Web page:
Microsoft Office has been around for some time now and, as I have used it on a regular basis, I have got to know a fair bit about the various applications that make it up. No matter how much I have learned, however, Office still has a habit of throwing up something new that I hadn't heard of before. Here are a few of my recent discoveries from various Office applications.

I've been using Word longer than any other Office application and I consider myself to be fairly adept in its use. What I have only recently discovered, however, is that it is possible to show the boundaries of the text on the page. This simple action will create a box consisting of a tightly dotted line to mark the boundaries of the text on that document.

To see these boundaries, select Tools/Options and click on the View tab. In the Show menu, under the Print and Web Layout Options, check the Text Boundaries box and click OK. You will now be able to see exactly how much of the page area your text will take up.

I mentioned recently that I have created a monthly spreadsheet to keep track of my finances. After I set up January's worksheet I created a few simple formulas that would tell me how much I had left after certain bills were paid and so on. I then wanted to copy and paste the same spreadsheet into each of the following months. I wanted to delete all of the numbers I had entered in January's sheet, but I also wanted to keep the formulas. I knew there would be a way to do this and I found it.

After pasting January's spreadsheet into February's worksheet, I clicked on Edit/GoTo (Ctrl +G), and then on the Special button. In the dialog box I clicked on the Constants radio button and unchecked all of the boxes except the Numbers one. When I clicked OK, Excel had highlighted all of the values in the spreadsheet that had no formula attached. I clicked Delete and the spreadsheet was devoid of numbers, but the formulas were intact and ready to take the new values.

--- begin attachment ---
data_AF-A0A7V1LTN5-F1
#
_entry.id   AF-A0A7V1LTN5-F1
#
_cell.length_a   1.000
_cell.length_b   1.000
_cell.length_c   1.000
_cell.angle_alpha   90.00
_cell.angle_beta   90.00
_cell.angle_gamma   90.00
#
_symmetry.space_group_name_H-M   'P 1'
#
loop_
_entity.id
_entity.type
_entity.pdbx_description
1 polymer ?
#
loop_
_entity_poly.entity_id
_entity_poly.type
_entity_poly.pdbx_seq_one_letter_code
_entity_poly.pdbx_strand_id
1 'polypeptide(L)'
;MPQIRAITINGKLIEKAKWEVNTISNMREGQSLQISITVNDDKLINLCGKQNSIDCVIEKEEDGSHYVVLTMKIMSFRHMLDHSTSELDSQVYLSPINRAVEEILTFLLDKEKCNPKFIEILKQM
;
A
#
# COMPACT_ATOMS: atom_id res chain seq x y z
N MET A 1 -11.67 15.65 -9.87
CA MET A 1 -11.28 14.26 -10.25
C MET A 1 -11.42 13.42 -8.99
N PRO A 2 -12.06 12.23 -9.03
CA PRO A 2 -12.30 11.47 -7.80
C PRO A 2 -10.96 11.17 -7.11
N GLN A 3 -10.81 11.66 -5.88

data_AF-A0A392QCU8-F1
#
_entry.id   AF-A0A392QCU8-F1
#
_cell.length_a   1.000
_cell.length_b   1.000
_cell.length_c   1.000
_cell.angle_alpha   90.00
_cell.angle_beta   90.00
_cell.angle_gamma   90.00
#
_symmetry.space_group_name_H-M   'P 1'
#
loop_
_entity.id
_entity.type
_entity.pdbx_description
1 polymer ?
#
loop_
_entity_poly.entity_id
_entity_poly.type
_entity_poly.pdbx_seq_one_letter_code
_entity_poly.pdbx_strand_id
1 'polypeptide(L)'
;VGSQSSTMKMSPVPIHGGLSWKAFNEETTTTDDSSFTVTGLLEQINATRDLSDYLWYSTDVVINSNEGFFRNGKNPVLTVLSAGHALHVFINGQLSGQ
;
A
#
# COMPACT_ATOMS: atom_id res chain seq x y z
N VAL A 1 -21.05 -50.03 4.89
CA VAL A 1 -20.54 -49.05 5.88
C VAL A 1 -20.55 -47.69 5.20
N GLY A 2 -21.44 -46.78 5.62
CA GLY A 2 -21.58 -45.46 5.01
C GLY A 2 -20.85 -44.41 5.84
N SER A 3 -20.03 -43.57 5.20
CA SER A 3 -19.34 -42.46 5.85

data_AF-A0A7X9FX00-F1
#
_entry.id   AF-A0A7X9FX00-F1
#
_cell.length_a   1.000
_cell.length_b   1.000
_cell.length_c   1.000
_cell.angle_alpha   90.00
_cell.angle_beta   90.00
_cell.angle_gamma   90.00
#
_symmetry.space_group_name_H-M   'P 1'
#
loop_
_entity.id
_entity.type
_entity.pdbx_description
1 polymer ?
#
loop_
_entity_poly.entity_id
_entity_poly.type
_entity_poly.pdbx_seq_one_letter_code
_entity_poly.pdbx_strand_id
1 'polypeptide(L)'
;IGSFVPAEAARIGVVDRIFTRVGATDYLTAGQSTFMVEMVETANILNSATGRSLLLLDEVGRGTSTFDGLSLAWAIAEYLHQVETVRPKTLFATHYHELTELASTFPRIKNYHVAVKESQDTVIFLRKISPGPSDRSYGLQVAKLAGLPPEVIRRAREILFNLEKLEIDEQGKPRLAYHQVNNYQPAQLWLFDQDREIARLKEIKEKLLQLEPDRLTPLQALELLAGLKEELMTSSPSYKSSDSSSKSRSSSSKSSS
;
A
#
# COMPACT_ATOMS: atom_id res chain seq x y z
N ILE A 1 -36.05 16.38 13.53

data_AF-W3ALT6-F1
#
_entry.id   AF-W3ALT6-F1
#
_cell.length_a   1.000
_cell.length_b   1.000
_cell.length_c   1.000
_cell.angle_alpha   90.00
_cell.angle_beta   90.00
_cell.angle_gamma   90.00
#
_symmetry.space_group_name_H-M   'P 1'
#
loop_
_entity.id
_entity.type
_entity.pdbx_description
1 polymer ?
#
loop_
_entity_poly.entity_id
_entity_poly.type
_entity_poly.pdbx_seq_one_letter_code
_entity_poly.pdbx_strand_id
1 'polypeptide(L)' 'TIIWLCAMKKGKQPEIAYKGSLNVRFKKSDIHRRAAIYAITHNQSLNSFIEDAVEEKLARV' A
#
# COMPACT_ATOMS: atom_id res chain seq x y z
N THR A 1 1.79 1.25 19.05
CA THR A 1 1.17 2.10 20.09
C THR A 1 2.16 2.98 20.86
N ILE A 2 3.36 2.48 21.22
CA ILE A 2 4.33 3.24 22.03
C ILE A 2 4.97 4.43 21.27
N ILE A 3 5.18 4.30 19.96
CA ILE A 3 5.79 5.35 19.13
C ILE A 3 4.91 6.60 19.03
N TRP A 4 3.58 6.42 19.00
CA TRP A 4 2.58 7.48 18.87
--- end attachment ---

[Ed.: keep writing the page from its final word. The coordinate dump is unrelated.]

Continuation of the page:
I recently came across a neat little trick in PowerPoint that places a picture inside a shape. Open up any shape from the AutoShapes menu, although obviously something with a spacious inside area works best; a heart shape or a five sided star for example.

Pull out the shape to the required size and then right click and select Format AutoShape. From the dialog box select the Colours and Lines tab and in the Fill section, click on the down arrow to open up the colour palette. Select Fill Effects and then the Picture tab. Click on Select Picture and browse for the picture you want as in any other application.

When you have found the picture you want to use, select it and click OK. Then back in the Format AutoShape dialog box click OK again and the picture will appear inside the shape. Going back to the Format AutoShape dialog box, you can adjust the colour and weight of the line around the shape for extra effect.

In a previous article I did on planning an office layout with Visio, I expressed surprise that among the usual office equipment that could be dragged onto the page, computers, telephones, printers etc, there was even a selection of plants that could be positioned around the office. I have since discovered that these plants can actually be ungrouped and different colours applied to the pot, plant and soil to match whatever you have in your office.

What this means is that if you go away on holiday and you forget to have someone water your office plant, when you return you can update your office plan by changing the leaves on the plant from green to yellow to reflect the colour of the actual plant.

I think it is safe to say that these will not be the last of my Office discoveries.